Regarding Simplicity as a Virtue

Grand Shrine of Ise, Japan


A tunnel created by the torii gates at the Ise shrine.

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The Shinto shrines at Ise, nestled in the forests of Japan's Mie prefecture some 60 miles southeast of Kyoto, can strike a first-time visitor as startlingly understated. Many of the traditional Shinto gates, or torii, are unpainted. Simple gravel pathways wind through towering forests of cryptomeria. Even the shrine structures themselves, built in an ancient and austere style unique to Ise, flout the notion that a sacred space must be richly or intricately decorated.

However, it's the very simplicity, the fact that its unspoiled forest envelops the shrine, that makes the shrines at Ise—called jingu by the Japanese—sublime. "When I go there, I feel like I'm back in an ancient world," says Nobuyo Otagaki, a Shinto priestess who visits Ise twice each year. At Ise, she says, she can best connect to the kami, the spirits, gods, and goddesses of Shinto beliefs.

That world, according to myths, goes back to the very dawn of time when the sun goddess, Amaterasu, quarreled with her brother, the god of the ocean and storms. A particularly fearsome exchange had left her hiding in a cave; it wasn't until the other kami coaxed her out with an entertaining dance and a large mirror that she returned the sun's light from its temporary eclipse. That crucial mirror, called yata-no-kagami, became sacred and, the myth goes, eventually made its way to humanity and the shrine at Ise. There it remains to this day and, it's said, Amaterasu continues to reside.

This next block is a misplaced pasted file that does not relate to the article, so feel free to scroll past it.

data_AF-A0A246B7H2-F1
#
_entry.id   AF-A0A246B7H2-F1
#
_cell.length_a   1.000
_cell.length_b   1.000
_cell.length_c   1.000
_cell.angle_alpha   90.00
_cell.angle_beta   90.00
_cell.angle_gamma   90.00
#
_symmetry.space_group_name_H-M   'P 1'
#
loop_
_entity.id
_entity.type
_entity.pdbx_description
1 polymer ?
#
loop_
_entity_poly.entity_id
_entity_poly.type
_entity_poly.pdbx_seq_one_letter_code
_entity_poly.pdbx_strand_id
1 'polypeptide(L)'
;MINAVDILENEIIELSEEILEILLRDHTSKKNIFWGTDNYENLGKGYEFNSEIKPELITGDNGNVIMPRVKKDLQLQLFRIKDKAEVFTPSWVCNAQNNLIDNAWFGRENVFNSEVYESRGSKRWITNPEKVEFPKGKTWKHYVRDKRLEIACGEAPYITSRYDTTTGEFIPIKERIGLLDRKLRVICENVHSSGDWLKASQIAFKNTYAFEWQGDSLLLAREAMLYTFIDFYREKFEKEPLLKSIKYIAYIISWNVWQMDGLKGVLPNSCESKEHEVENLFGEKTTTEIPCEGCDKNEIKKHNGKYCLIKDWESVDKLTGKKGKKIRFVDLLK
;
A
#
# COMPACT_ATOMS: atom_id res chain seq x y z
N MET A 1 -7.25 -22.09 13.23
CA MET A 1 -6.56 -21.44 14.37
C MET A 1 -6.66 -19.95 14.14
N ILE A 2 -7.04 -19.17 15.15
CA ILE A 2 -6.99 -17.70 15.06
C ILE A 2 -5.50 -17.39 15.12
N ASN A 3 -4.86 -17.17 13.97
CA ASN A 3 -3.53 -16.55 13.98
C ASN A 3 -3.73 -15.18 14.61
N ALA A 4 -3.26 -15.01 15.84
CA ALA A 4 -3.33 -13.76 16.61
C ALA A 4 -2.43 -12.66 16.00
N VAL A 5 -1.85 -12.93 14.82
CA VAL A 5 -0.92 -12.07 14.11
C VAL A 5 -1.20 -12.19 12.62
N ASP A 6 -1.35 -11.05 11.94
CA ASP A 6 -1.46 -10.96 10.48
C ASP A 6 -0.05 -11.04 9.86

Although only a few select people, such as members of the imperial family, are permitted to see what is said to be the sacred mirror, the belief that it is there helps Ise maintain its place as Japan's most sacred shrine.

And the natural splendor of the setting, said to have been selected by Amaterasu herself, in between oceans and mountains, has served to strengthen that status. During the Edo period (1600-1868), millions would descend upon Ise when rumors circulated that amulets were falling from the sky.

The shrine's pull remains powerful, drawing some6 million visitors a year. Only a sliver of them, though, consider themselves "religious," and most simply buy an amulet and snap a few pictures before departing on tour buses, according to John Nelson, a cultural anthropologist at the University of San Francisco and author of A Year in the Life of a Shinto Shrine. "Still, in Japan, there's a certain cachet to saying you've been to Ise," he adds.

Part of the appeal is that the shrine is the site of an extraordinary ritual. Every 20 years, all of the wooden shrine structures and many of the artifacts are meticulously disassembled and precisely rebuilt on adjacent lots. The massive undertaking requires funds from shrines across Japan, but the result is remarkable: an ancient shrine that's perpetually renewed. Says Otagaki: "The shrine is very simple. It's silent and there is a sadness in it, but I would say it is gorgeous."